“There’s a benefit in owning property that you can invest in as an asset, as opposed to paying for someone else’s asset,” he said. “That’s historically what we’ve done. I think it’s time for a shift in that regard.”
The bond referendum plan allocates $12.3 million to replace Chester Fire and EMS Station 1 with a larger, modern facility.
If there is a common theme that links the four Fire and EMS projects, it’s the need for additional space to accommodate equipment and staff – both of which have grown significantly along with Chesterfield’s population.
Modern fire apparatus is much longer, taller and wider than when Chester fire station 1 was constructed 60 years ago. The same challenges exist at Ettrick station 12, which has been serving the southeastern Chesterfield village for 92 years.
Back then, fire service was provided exclusively by volunteers. Now Chesterfield Fire and EMS has career firefighters living in those buildings 24 hours a day, seven days a week. Neither station was designed to support a diverse workforce, either.
The referendum allocates $12.3 million apiece to replace those stations and “maintain the standard of Fire and EMS service that citizens have come to expect from our department,” said Assistant Fire Chief James Fitch.
Another $9.3 million and $8.1 million would provide for the renovation and expansion of Clover Hill station 7 and Dutch Gap station 14, respectively. While those stations are not as old, both are called on today to provide a wider array of services to a much larger customer base than either was designed to handle.
“We were knocking on the door of 50,000 calls this past year. When I came to work here 33 years ago, we were probably running in the neighborhood of 10,000 calls [annually],” Fitch said, noting the department’s call rate increased by almost 14% countywide last year.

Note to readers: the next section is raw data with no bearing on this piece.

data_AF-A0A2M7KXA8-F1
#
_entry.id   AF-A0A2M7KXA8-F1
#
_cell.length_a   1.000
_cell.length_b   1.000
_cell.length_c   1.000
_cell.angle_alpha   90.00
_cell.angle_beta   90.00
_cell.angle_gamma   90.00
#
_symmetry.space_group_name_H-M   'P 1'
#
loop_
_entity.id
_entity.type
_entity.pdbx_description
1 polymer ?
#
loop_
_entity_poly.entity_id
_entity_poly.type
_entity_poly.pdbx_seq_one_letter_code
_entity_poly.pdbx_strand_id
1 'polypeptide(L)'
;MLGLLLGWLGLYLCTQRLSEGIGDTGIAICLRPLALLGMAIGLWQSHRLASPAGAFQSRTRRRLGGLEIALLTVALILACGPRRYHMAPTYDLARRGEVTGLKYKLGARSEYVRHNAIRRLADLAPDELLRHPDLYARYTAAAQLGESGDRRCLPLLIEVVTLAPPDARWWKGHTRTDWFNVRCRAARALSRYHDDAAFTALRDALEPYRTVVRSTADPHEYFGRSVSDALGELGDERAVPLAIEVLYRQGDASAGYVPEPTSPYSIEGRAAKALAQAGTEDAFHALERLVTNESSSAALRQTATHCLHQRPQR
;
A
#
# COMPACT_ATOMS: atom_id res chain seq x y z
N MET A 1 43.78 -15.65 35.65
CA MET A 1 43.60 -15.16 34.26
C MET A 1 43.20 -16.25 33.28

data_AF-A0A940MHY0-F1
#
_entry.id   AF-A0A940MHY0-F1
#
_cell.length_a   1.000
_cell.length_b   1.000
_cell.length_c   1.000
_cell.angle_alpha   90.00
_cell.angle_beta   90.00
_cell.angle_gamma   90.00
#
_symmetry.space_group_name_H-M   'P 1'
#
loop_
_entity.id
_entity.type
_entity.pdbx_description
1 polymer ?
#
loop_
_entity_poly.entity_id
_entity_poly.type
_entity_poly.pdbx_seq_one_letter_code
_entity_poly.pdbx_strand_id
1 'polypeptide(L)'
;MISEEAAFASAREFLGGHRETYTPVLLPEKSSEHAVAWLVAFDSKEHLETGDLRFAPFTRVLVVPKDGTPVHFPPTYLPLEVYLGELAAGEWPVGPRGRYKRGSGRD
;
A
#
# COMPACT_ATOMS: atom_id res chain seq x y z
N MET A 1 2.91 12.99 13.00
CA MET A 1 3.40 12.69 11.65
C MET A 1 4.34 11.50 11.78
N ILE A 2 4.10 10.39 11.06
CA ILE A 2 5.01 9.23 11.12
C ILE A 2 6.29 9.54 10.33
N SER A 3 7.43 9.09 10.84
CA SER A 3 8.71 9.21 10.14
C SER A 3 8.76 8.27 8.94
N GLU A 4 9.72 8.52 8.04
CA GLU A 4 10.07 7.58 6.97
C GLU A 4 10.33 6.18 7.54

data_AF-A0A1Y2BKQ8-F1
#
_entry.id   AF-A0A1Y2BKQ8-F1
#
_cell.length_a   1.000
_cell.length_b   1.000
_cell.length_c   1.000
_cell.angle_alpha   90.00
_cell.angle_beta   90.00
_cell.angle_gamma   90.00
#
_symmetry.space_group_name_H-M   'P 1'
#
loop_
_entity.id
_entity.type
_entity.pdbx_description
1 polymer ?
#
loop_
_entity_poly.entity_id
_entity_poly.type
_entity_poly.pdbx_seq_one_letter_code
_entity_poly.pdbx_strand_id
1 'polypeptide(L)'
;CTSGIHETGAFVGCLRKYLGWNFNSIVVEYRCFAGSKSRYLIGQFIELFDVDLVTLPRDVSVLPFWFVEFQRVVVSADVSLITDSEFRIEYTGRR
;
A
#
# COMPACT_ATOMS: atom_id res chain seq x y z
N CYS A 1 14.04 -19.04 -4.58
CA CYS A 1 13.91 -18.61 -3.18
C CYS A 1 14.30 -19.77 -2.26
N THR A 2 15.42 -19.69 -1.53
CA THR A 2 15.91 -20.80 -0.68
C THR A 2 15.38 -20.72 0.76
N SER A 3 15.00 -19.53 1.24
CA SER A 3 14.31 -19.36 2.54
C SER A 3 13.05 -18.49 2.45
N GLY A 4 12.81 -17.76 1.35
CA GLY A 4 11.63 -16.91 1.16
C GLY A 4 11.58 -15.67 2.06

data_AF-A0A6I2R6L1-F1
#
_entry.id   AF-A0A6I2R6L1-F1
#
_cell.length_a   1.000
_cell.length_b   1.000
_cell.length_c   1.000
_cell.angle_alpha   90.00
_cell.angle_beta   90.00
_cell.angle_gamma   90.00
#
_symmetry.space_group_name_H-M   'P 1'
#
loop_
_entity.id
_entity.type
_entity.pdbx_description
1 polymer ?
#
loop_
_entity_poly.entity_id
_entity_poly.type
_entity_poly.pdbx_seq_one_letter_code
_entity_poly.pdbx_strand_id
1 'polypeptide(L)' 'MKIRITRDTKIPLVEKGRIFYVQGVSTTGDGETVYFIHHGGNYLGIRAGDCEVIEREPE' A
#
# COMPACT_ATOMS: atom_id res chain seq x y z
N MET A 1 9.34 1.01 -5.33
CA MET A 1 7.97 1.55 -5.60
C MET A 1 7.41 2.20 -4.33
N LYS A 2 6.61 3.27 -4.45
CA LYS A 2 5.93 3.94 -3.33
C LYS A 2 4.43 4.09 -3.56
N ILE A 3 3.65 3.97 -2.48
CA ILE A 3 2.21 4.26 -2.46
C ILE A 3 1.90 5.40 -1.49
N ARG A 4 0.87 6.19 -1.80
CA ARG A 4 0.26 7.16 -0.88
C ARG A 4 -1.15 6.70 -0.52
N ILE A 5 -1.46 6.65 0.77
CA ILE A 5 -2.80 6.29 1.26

Chester, Clover Hill and Dutch Gap are three of Chesterfield’s busiest Fire and EMS stations – and Ettrick serves a part of the county that includes the growing Virginia State University.
Chester serves more than 18,000 citizens over an 18-square-mile area. Clover Hill serves approximately 23,000 residents over 14 square miles, while Dutch Gap serves over 9,000 people in a 14-square-mile area along the Route 1 corridor. When school is in session, Ettrick serves about 13,000 residents over eight square miles.
“The county is continuing to grow and our stations are getting busier and busier. It would be a challenge for us to continue delivering the services we need to deliver to the community with buildings that really aren’t sized appropriately,” Fitch added.
The nature of Chesterfield’s residential growth presents its own challenges for Fire and EMS. Until just a few years ago, the county was dominated by single-family homes; now most new construction is townhouses, condominiums and apartments to meet market demand for housing diversity, along with the emerging trend of developments that offer a mix of residential and commercial uses.
To accommodate the increased density associated with multifamily and mixed-use developments containing 3- and 4-story structures, Fire and EMS is seeking a more versatile design for the new and renovated stations so it can add another bay for a new engine, ladder truck or ambulance when needed.
“We’re building in flexibility for the future,” Fitch said. “A lot of the stations we have today, we don’t have the flexibility to add onto them very easily.”